1 vote edgeworth | Feb 27, 2014 |
Parts of it were cute...but it didn't keep my interest, forced myself to finish it. Probably best for little boys who like history and machines. ( )
  vonze | Feb 6, 2014 |
Showing 1-5 of 248 (next | show all)
The novel is a study in opposites, of boy versus girl, working class versus aristocracy, British versus German, and its overlying thematic division of Darwinists and Clankers gives all of these a distinctive torque, while avoiding mapping neatly to any specific agenda. The novel’s concluding set piece features a grand, elegant and very satisfying hybridization that suggests that opposites can meet, collapse and mingle, and that this story has natural sequels, which I will undoubtedly read.
 
Westerfeld writes gripping, relentless coming-of-age novels that are equally enjoyable by boys and girls, adults and kids, and Leviathan is no exception. I'm looking forward to volume two -- and many more to come.
added by lampbane | editBoing Boing, Cory Doctorow (Oct 6, 2009)
 

» Add other authors (3 possible)

Author nameRoleType of authorWork?Status
Scott Westerfeldprimary authorall editionsconfirmed
Cumming, AlanNarratorsecondary authorsome editionsconfirmed
Rosamilia, MikeDesignersecondary authorsome editionsconfirmed
Thompson, KeithIllustratorsecondary authorsome editionsconfirmed
Yuen, Sammy, Jr.Cover designersecondary authorsome editionsconfirmed
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Epigraph
Dedication
To my NYC writing crew,
for knowing the importance of Craft
First words
The Austrian horses glinted in the moonlight, their riders standing tall in the saddle, swords raised.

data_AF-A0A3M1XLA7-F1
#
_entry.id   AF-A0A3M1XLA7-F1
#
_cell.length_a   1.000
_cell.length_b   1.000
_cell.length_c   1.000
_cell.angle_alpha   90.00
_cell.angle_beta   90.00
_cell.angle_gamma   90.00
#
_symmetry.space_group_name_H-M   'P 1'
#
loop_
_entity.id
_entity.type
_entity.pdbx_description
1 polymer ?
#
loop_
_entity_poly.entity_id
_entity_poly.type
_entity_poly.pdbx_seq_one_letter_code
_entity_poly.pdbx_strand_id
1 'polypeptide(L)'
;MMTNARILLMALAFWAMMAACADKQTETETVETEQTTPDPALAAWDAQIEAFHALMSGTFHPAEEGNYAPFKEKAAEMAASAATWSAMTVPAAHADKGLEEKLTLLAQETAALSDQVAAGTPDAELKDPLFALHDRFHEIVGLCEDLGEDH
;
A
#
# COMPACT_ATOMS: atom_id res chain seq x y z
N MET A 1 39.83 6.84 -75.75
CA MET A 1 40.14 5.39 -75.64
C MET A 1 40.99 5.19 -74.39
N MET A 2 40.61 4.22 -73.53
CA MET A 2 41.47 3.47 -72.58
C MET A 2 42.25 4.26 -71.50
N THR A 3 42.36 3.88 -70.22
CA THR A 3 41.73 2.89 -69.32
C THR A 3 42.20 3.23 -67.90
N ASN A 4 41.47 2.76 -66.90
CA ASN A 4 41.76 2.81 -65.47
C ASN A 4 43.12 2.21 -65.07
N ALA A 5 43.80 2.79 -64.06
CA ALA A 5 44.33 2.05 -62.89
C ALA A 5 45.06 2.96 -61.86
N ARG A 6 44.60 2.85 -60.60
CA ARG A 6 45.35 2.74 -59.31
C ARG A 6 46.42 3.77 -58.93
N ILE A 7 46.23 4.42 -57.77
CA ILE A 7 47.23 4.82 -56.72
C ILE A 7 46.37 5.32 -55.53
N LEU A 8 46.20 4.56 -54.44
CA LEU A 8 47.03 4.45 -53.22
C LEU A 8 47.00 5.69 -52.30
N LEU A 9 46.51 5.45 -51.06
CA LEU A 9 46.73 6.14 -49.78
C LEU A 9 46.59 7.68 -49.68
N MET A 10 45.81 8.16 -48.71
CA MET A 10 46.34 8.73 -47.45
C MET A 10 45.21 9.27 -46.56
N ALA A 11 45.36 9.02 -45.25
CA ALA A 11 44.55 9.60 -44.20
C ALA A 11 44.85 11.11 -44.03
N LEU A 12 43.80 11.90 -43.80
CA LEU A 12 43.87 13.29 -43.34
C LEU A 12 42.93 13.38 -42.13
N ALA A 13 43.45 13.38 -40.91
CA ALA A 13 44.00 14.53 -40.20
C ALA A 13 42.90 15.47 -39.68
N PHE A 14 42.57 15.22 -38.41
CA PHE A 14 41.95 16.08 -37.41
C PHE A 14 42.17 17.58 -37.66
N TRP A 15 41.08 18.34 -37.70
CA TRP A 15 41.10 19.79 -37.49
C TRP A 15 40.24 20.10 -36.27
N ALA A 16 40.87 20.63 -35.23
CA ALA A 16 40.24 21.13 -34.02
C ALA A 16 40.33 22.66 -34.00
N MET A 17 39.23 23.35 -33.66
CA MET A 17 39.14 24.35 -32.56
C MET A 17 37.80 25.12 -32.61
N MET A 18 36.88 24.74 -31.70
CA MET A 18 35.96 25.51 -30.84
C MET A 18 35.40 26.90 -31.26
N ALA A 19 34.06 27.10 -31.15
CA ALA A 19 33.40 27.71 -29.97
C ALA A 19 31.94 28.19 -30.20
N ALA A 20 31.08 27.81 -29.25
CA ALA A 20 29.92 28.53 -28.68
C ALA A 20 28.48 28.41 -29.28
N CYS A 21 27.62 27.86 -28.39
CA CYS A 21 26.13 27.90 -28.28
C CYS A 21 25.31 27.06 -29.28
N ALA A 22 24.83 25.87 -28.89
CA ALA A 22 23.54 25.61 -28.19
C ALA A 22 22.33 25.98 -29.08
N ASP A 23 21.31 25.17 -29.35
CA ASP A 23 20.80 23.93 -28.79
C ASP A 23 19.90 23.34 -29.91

Quotations
His Majesty's London Zoo was squawking like a bag of budgies on fire.
No one could night-walk like him.
Having your parents die was exactly like the world exploding, like a war being declared.
Last words
(Click to show. Warning: May contain spoilers.)
Disambiguation notice
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Wikipedia in English (2)

Book description
Prince Aleksander, would-be heir to the Austro-Hungarian throne, is on the run. His own people have turned on him. His title is worthless. All he has is a battletorn war machine and a loyal crew of men.

Deryn Sharp is a commoner, disguised as a boy in the British Air Service. She's a brilliant airman. But her secret is in constant danger of being discovered.

With World War I brewing, Alek and Deryn's paths cross in the most unexpected way…taking them on a fantastical, around-the-world adventure that will change both their lives forever.
Haiku summary

No descriptions found.

In an alternate 1914 Europe, fifteen-year-old Austrian Prince Alek, on the run from the Clanker Powers who are attempting to take over the globe using mechanical machinery, forms an uneasy alliance with Deryn who, disguised as a boy to join the British Air Service, is learning to fly genetically-engineered beasts.… (more)

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Penguin Australia

Two editions of this book were published by Penguin Australia.

Editions: 0670073032, 0143206087